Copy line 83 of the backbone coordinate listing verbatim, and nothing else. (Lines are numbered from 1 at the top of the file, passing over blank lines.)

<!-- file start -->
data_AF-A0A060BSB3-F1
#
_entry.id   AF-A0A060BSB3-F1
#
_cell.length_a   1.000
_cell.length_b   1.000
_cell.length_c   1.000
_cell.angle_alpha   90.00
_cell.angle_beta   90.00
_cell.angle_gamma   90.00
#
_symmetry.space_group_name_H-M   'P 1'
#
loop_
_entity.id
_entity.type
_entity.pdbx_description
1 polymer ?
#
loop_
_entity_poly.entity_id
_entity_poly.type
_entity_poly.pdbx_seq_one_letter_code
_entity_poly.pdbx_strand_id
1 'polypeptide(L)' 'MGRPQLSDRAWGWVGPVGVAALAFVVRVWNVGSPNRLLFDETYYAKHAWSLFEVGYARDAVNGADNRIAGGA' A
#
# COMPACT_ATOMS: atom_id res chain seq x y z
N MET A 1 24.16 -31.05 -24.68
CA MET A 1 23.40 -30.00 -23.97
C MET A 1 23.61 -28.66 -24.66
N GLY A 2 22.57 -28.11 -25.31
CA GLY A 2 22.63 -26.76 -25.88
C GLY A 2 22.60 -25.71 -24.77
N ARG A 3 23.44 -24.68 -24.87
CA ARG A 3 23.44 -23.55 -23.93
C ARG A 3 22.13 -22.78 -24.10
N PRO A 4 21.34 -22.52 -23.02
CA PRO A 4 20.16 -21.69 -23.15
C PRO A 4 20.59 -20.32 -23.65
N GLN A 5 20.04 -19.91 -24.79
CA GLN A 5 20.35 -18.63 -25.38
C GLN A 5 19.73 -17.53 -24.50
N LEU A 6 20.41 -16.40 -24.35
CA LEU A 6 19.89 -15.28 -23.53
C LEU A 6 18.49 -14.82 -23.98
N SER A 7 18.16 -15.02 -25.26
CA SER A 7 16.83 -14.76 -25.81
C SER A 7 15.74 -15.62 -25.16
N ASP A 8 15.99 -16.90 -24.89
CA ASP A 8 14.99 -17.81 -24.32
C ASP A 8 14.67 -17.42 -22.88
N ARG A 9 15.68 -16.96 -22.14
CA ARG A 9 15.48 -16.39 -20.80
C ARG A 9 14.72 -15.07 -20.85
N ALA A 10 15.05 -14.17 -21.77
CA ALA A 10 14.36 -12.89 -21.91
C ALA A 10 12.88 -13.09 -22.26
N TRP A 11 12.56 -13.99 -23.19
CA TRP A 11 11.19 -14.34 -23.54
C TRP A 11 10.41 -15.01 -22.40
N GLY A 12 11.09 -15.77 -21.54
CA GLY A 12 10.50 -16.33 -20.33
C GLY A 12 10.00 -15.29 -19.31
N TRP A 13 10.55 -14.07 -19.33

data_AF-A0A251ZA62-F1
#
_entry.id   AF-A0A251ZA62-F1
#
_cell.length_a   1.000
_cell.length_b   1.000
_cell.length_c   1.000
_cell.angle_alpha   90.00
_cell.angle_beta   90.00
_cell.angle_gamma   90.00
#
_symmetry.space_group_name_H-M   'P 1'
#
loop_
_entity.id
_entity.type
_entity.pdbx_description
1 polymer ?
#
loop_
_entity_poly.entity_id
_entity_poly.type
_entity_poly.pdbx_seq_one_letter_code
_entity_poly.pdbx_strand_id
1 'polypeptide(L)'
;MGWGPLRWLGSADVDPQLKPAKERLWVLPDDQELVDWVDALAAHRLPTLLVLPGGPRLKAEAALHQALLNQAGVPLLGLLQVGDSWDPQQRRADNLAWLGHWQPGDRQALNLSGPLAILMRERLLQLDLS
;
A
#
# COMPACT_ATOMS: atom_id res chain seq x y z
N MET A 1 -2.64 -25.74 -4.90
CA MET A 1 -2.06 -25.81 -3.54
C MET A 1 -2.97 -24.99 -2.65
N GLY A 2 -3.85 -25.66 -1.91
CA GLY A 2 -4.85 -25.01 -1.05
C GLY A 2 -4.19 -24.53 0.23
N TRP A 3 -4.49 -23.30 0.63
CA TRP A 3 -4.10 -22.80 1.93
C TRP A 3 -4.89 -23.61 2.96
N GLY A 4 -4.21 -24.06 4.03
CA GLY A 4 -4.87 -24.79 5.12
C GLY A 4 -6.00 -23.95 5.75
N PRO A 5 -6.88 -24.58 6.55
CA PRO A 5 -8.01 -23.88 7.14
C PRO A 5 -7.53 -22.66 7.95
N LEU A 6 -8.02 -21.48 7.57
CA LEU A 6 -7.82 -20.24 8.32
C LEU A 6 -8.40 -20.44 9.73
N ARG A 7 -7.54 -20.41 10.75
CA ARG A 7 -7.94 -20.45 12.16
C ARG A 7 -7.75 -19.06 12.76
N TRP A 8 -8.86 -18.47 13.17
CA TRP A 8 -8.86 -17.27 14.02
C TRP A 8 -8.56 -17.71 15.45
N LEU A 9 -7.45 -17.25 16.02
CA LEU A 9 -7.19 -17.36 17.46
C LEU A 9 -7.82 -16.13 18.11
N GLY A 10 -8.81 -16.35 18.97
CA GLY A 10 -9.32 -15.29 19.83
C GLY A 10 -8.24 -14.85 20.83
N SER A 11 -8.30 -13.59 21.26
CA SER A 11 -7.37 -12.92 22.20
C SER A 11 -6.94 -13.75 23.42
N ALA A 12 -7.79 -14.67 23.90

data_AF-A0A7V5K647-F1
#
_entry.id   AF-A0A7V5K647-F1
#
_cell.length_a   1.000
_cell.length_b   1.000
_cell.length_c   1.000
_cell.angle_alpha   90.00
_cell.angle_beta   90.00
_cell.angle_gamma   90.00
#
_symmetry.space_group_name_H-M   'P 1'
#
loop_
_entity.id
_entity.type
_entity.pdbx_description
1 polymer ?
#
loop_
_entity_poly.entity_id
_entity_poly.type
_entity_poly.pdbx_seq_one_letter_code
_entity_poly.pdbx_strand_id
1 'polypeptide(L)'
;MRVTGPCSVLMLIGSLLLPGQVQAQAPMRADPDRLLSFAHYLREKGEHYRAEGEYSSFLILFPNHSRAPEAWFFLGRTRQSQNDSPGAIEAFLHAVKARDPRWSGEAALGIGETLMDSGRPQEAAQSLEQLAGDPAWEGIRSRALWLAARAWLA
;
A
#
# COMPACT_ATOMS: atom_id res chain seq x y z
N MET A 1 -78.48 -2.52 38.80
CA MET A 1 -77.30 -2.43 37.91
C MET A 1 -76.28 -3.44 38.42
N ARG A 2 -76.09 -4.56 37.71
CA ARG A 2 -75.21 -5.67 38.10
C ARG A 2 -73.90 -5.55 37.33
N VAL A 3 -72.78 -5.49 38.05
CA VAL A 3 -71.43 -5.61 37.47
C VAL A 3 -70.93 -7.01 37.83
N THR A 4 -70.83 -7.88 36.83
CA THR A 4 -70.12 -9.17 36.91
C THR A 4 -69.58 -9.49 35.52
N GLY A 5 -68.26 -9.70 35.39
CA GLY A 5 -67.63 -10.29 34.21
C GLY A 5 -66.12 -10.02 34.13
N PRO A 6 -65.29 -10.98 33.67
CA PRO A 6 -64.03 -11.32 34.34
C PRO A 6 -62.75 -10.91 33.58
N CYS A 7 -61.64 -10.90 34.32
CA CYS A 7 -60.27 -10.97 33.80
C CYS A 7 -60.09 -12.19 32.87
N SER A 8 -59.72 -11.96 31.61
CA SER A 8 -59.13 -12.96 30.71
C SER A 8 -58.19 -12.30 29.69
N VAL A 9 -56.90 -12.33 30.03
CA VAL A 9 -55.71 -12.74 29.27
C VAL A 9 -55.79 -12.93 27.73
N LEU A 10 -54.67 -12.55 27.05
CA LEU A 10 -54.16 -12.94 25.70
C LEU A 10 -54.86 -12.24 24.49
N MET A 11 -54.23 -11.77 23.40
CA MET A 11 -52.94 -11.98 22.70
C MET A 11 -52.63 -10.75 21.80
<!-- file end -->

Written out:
#